When you think of retirement, you might think of the vacations you’ll go on and all the free time you’ll enjoy with friends and family. There’s so much to enjoy about retirement, but it also comes with its challenges. Some of the biggest concerns you could face in retirement could be market volatility, an increased tax burden, and not having enough retirement income. Ultimately, all of these likely come from a fear of running out of money in retirement, which remains a top financial concern among retirees. However, you can create a financial plan to address these concerns.
Do you know what caused the Dow to fall 6% and lose $14 billion in value in a single day in 1955? It was President Eisenhower’s heart attack. Similarly, we saw the market go on a rollercoaster ride after President Trump tested positive for COVID-19. Events like this – and the pandemic itself – are totally out of your control but could have a major impact on your finances. What is in your control is how you respond and work to protect what you’ve earned. Avoiding hasty decisions based on emotion and maintaining a diversified portfolio are crucial in retirement. It’s also important to assess your risk tolerance, which can decrease as you get older since you have less time to wait for the market to recover.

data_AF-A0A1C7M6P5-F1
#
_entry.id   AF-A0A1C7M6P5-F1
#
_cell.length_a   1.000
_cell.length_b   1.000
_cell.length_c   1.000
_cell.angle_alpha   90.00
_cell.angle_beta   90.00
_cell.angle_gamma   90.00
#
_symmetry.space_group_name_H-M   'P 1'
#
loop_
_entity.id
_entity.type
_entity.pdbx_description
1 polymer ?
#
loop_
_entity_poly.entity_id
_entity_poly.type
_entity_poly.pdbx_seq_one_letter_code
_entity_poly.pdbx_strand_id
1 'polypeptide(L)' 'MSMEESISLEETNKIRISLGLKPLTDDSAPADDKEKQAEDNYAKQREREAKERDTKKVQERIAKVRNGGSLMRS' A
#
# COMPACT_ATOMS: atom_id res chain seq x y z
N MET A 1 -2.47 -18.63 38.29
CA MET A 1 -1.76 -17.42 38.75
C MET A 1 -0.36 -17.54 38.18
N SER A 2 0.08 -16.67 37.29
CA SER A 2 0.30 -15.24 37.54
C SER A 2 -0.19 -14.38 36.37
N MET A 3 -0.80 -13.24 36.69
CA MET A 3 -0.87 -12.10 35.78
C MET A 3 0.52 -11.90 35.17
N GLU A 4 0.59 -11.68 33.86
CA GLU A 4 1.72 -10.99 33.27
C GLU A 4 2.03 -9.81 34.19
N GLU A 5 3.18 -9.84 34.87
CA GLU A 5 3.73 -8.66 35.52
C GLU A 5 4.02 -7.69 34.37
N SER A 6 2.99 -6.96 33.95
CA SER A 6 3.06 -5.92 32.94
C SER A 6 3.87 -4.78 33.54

An Increased Tax Burden
A change in leadership in Washington and a growing national debt could mean higher taxes in the future. Starting at age 72, IRAs, 401(k)s, 403(b), 457, and Thrift Savings plans are subject to Required Minimum Distributions (RMDs). The purpose is to draw down your account and tax the funds that have been growing tax-deferred for many years. RMDs are one reason why your tax burden could increase in retirement. There are many strategies available, including a Roth IRA conversion, in which you pay tax on contributions instead of distributions. Roth IRAs are also not subject to RMDs and can be used in addition to a traditional IRA or 401(k) to help minimize taxes.
Creating Retirement Income
Losing a regular paycheck can be difficult when you don’t have a pension to rely on or do have one and need to supplement it. While Social Security can provide reliable lifetime income, it’s only designed to replace about 40% of your pre-retirement income, and may replace less depending on your lifestyle. We can help you decide on the best retirement income option for you, whether you have a pension and are unsure of your payout strategy, or you’re wondering how to turn your retirement account savings into lifetime income.
The most important step you can take to address these concerns is creating a comprehensive retirement plan. This plan should take your unique needs into account and respond to changes in your life or your finances if need be. We can help you assess your risk tolerance, pursue strategies to help minimize your tax burden, and create a retirement income plan. Come have a conversation with us so that we can learn about your retirement planning needs and retirement goals.